Yoga Therapy Tools: Learn how to enjoy your yoga practice again.
Dysregulation can happen sneakily. When I have been triggered or been in an uncomfortable situation, I try to get possession of my mind and think out my emotions…Cognitively I will rationalize what is happening and look for solutions and salve. I feel like I am in control when I can think of scenarios, reasons, solutions.
But then it seeps in, the mind keeps hashing out thoughts and opinions whilst my body moves thru the fight and flight until I can feel the panic, the overwhelm, the distraught tightness and rattled self. Then I shut down, immobilize, frozen by the activation.
Learning how to give myself grace is key here.
Less the downward spiral of self deprecation and self blame swallow me whole. After all, the dysregulation occurred because I didn’t honour what the body felt. So to add insult to injury is pointless but so common.
Having self compassion is a life saver here. Showing yourself consideration, kindness and understanding is how we hack the system to become regulated. It is a form of activating our self social engagement system-giving ourselves what we need. Which is almost always more love and understanding.
What does it feels like to be dysregulated?
A person, place or thing makes you feel a sensation you do not have vocabulary for. But something gets registered in the nervous system as an activation.
You are upset but don't know why necessarily and so you go thru the mental gymnastics of hashing out the rationale, conjecture, thoughts, suppressing emotion and sensation, while convincing yourself that you are fine, it is all fine.
And before you know it is 2am and even though you meditated, took some extra magnesium and watched a show to calm and distract you, the adrenaline is pumping now and the train has definitely left the station?
That is what it feels like for me at any rate. It comes on like a tsunami of sensations.
My breathing becomes shallow, my body will feel tight, needs to stretch and move or be as still as possible. What first presents as a various muscle aches. radiates into my armpit and down my left leg, specifically lodging itself behind my knee. It is then I recognize my dysregulation is developing into anxiety. My body has received impact. She registered the threat as immediate and responded in kind.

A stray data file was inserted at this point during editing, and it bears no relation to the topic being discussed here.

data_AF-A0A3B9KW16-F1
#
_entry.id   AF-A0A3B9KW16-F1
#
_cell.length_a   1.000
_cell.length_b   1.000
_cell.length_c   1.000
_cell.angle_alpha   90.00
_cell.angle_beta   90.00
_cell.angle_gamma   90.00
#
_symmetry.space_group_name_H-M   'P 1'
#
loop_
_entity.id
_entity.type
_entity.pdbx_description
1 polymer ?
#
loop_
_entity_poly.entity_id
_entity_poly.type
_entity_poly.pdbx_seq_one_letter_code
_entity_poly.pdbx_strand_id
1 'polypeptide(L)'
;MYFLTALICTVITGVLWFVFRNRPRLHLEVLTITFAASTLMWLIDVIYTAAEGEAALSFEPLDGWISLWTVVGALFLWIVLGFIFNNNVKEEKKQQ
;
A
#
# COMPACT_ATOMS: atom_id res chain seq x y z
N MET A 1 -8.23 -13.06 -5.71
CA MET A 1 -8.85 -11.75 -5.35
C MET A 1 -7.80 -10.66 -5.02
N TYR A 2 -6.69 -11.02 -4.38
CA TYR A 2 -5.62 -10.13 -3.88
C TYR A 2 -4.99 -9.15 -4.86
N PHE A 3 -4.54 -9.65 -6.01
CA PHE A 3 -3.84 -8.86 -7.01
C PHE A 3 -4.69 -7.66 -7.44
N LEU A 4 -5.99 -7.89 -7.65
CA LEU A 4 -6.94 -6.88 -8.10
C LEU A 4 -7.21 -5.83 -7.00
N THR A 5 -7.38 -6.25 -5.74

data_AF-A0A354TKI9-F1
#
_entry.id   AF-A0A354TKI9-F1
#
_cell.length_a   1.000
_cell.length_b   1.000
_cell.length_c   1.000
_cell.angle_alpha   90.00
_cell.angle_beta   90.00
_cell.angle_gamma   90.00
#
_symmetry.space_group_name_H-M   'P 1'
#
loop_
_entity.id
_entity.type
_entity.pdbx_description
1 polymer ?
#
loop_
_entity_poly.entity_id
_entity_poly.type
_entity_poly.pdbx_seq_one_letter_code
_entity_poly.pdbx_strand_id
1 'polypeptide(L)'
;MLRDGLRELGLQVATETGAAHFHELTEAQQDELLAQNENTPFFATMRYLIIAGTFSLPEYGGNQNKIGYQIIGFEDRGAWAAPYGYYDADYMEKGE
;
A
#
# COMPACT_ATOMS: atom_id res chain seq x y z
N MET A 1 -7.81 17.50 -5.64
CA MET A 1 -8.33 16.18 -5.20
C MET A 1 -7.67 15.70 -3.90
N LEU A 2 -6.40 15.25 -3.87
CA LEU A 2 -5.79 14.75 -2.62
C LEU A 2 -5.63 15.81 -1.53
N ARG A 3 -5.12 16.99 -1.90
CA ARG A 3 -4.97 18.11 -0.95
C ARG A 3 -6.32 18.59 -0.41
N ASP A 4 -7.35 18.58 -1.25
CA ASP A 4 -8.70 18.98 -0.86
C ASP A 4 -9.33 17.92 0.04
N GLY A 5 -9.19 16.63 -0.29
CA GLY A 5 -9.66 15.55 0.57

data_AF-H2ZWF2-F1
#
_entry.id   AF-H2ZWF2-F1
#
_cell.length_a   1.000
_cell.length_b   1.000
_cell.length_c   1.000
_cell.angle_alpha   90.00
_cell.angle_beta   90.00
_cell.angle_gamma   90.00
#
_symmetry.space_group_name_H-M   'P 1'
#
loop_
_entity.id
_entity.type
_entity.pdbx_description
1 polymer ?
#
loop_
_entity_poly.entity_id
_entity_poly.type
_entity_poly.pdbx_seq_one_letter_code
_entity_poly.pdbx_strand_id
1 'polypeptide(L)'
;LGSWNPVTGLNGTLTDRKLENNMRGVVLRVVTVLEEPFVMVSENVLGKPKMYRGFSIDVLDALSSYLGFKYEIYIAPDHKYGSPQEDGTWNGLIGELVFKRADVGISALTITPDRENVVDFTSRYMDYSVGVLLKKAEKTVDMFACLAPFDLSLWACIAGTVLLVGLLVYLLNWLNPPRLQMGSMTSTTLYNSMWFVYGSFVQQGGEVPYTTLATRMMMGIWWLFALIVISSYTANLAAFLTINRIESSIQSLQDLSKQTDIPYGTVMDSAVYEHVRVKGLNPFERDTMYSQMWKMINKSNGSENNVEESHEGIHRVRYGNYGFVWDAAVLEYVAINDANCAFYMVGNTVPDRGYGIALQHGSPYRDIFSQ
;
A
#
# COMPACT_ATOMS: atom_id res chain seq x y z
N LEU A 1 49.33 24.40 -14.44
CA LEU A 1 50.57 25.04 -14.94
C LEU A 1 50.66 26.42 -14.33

My mind was so clever at thinking herself out of it that she ignored the body. And the body always wins. She keeps score of all of it!
This is odd for me to admit as I practice and teach, yoga therapy daily, do breath work, chant and meditate, do jiu jitsu every week and consider myself quite in tune with my body. These have been my body practices for over 30 years. They are my constants and hoorah for that.
But the point I wish to impart is that nervous system dysregulation gives zero fucks - our nervous system stores trauma, it will relive it at the slightest prompting when chronic dysregulation has been a theme in your life.
Forgive yourself and accept this. You are not bad, you are healing.
Are sneak attacks inevitable?
For now I believe so.
The more I heal and understand how to take care of my body so my nervous system can regulate, the less so these episodes will be. Healing is a process and a journey.
Dysregulation doesn’t mean you did something wrong! Not at all!
It will happen over and over again, granting us the ability to be swifter, more inclusive in our strategies and kinder to ourselves, knowing the opportunity for change and growth is ever present.
You see even though I have these practices that have sustained me, it has not been a wholly integrated approach as I never had the language to match the body. Meaning sure, I can get a good work out in, I can move the sludge. But without articulating the sludge and being kind to myself whilst self talking about the sludge and coupling that with conscious movement and intention, it doesn’t all come together.